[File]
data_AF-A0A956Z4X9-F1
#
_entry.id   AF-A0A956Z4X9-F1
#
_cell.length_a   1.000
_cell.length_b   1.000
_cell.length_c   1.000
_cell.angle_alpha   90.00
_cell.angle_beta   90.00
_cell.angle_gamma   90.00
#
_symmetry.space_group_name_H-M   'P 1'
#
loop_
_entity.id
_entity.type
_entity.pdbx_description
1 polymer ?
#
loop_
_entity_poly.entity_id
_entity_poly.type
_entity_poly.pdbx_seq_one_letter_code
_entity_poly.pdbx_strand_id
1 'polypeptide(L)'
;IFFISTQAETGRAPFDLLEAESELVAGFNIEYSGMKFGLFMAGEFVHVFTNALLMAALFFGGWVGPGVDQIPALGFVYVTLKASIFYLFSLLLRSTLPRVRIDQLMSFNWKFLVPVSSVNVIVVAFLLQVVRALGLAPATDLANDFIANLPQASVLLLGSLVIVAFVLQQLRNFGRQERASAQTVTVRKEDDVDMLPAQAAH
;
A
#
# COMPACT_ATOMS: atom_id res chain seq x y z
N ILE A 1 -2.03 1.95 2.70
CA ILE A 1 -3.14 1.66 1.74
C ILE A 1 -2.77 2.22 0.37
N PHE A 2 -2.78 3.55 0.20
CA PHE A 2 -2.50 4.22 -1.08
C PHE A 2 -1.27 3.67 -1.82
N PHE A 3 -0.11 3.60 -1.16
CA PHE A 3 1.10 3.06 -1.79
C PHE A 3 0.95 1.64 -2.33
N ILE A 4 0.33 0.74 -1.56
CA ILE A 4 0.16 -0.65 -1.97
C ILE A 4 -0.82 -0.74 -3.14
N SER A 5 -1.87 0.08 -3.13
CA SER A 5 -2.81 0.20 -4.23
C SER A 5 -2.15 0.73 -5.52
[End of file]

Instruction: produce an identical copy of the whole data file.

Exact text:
data_AF-A0A956Z4X9-F1
#
_entry.id   AF-A0A956Z4X9-F1
#
_cell.length_a   1.000
_cell.length_b   1.000
_cell.length_c   1.000
_cell.angle_alpha   90.00
_cell.angle_beta   90.00
_cell.angle_gamma   90.00
#
_symmetry.space_group_name_H-M   'P 1'
#
loop_
_entity.id
_entity.type
_entity.pdbx_description
1 polymer ?
#
loop_
_entity_poly.entity_id
_entity_poly.type
_entity_poly.pdbx_seq_one_letter_code
_entity_poly.pdbx_strand_id
1 'polypeptide(L)'
;IFFISTQAETGRAPFDLLEAESELVAGFNIEYSGMKFGLFMAGEFVHVFTNALLMAALFFGGWVGPGVDQIPALGFVYVTLKASIFYLFSLLLRSTLPRVRIDQLMSFNWKFLVPVSSVNVIVVAFLLQVVRALGLAPATDLANDFIANLPQASVLLLGSLVIVAFVLQQLRNFGRQERASAQTVTVRKEDDVDMLPAQAAH
;
A
#
# COMPACT_ATOMS: atom_id res chain seq x y z
N ILE A 1 -2.03 1.95 2.70
CA ILE A 1 -3.14 1.66 1.74
C ILE A 1 -2.77 2.22 0.37
N PHE A 2 -2.78 3.55 0.20
CA PHE A 2 -2.50 4.22 -1.08
C PHE A 2 -1.27 3.67 -1.82
N PHE A 3 -0.11 3.60 -1.16
CA PHE A 3 1.10 3.06 -1.79
C PHE A 3 0.95 1.64 -2.33
N ILE A 4 0.33 0.74 -1.56
CA ILE A 4 0.16 -0.65 -1.97
C ILE A 4 -0.82 -0.74 -3.14
N SER A 5 -1.87 0.08 -3.13
CA SER A 5 -2.81 0.20 -4.23
C SER A 5 -2.15 0.73 -5.52